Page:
With a new date for Fire Door Safety Week to be announced due to its postponement because of the passing of the Queen, it’s important to know the signs you need to look for to see if your fire doors are being neglected.
Fire Door Safety Week
Everyone plays their part in ensuring a fire door performs as it should, from the manufacturer through to the building users. It is crucial, therefore, to understand the factors that ensure a fire door performs as intended.
A poorly functioning fire door provides little protection in the event of a fire and a correctly maintained fire door could prove the difference between life and death as it can buy valuable time allowing building occupants to escape.
Earlier this year the Fire Door Inspection Scheme (FDIS) revealed that three quarters of the fire doors inspected in the UK in 2021 by its approved inspectors did not meet the required standard, with the most common reasons for failure being improper installation, including excessive gaps between the door and the frame, care and maintenance issues, and smoke sealing issues.
Fire Door Safety Week was launched in 2013 to increase public understanding of the vital role that fire doors play in protecting life and property. During the week, companies from across the industry will come together to emphasise the importance of good fire safety practice.
What should I look for when inspecting a fire door?
Fire doors must be regularly inspected and well-maintained to ensure they are in full working condition all the time. You must check the following:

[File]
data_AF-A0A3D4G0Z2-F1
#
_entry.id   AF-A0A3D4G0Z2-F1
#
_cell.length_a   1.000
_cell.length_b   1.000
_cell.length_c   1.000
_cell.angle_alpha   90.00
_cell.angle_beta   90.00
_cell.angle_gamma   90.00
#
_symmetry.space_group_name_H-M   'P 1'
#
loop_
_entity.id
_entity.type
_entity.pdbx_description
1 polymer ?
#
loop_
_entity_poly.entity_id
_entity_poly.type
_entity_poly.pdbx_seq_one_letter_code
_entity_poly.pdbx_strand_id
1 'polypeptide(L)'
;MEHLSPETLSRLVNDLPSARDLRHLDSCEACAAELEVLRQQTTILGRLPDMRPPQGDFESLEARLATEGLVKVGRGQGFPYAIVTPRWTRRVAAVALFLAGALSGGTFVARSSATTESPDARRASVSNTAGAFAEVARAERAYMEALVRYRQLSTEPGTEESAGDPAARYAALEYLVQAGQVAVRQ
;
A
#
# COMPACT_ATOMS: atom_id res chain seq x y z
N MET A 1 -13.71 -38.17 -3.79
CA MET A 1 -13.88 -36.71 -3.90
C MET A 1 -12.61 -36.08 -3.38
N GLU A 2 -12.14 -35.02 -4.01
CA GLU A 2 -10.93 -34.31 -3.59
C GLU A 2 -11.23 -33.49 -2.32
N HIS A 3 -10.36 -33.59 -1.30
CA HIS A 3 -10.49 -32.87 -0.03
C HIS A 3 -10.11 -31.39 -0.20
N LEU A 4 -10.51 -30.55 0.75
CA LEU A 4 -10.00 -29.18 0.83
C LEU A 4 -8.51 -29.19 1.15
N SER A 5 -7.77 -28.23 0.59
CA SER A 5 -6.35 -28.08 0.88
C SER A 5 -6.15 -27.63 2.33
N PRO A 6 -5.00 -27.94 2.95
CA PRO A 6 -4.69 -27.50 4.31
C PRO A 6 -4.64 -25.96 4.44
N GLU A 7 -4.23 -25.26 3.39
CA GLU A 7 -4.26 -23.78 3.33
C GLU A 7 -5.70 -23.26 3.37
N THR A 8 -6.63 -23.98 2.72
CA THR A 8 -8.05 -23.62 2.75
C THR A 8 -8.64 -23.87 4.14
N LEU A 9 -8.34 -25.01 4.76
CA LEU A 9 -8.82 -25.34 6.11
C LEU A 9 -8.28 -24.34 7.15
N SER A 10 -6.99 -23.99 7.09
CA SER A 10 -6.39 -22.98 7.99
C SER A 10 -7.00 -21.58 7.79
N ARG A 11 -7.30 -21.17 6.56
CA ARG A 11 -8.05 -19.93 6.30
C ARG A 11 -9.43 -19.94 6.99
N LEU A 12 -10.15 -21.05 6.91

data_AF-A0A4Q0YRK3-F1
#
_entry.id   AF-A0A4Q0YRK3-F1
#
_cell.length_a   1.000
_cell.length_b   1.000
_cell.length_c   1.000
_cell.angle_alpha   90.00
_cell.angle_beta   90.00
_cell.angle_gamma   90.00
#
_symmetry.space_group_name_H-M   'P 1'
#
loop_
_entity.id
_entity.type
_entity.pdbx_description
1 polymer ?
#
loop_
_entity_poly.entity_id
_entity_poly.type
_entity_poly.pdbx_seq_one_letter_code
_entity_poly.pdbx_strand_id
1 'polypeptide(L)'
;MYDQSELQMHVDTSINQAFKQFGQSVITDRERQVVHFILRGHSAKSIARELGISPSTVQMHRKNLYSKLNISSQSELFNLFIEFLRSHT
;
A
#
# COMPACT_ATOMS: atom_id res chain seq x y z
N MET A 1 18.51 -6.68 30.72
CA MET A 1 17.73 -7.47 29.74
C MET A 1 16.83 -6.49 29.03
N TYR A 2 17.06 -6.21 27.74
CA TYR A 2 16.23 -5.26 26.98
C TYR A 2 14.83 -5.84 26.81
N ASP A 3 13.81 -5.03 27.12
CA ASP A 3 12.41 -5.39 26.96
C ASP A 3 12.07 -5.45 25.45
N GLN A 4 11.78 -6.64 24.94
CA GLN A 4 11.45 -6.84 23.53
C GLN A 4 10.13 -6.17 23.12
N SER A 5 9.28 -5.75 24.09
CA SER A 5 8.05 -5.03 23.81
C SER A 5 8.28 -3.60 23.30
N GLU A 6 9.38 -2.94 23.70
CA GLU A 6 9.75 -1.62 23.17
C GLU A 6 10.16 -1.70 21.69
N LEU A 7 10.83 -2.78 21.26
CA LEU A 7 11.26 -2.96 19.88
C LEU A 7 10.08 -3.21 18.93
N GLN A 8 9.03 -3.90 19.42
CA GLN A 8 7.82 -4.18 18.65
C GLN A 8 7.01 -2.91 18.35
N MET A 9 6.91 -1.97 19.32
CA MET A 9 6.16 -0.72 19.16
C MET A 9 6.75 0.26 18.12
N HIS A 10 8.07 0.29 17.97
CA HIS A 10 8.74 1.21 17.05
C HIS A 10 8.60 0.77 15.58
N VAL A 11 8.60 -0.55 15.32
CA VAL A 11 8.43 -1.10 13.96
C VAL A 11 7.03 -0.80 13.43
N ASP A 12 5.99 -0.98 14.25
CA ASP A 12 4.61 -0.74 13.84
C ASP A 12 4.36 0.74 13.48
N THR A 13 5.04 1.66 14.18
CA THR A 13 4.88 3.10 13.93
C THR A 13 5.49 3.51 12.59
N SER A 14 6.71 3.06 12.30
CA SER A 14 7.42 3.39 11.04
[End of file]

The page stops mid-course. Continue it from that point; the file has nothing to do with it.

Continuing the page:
Gaps – Gaps around the top and sides of the door must be consistently less than 4mm when the door is closed, and you should not see light under the door. If there are any large gaps, report the door to the property owner.
Seals – Intumescent seals around the door and frame expand when exposed to heat to fill any gaps and prevent flames from passing through. If you find damage to seals, report it to the property owner.
Hinges – All hinges must be firmly fixed with no missing or broken screws. If you find any issues, report them to the property owner.
Closing – A fire door will only work when it closes properly, and the door must close firmly onto the latch without sticking on the floor or the frame. If you find a door won’t close properly, report it to the property owner.
How can you tell if a fire door is compliant?
It is a legal requirement for fire door manufacturers to provide test evidence to show their product’s ability to resist fire. Any fire door installed must have a Field of Application from the manufacturer and be third party audited to make sure it is compliant.
The most reliable way to identify that a fire door is compliant is to look for the certification label or mark on the top edge of the door. Without a certification mark, you cannot be sure this really is a fire door. If you don’t find any label with a certification mark, report it to the property owner.
A fully compliant and safe fire door
Our fully compliant 30-minute Fireshel composite fire door uses the FireFrame® dual fire, smoke and security compliant fire door set solution from Winkhaus which includes the FD30 / FD60 FireFrame® outerframe, and the Winkhaus AV2 auto-locking multi-point door lock with optional access control and is tested to resist security and fire including TS008 compliant letterplates, numerals, eye viewers, door knockers and security chains.
The door has achieved all the new stringent recommendations set by the MHCLG, has proven 30-minute fire resistance consistency having been fire tested from both sides many times to EN1634 -1, achieving 49 minutes fire resistance, and has also been PAS 024 Security tested for security compliance. Fireshel doors are also Q Mark 170 Scheme 3rd Party Accredited.
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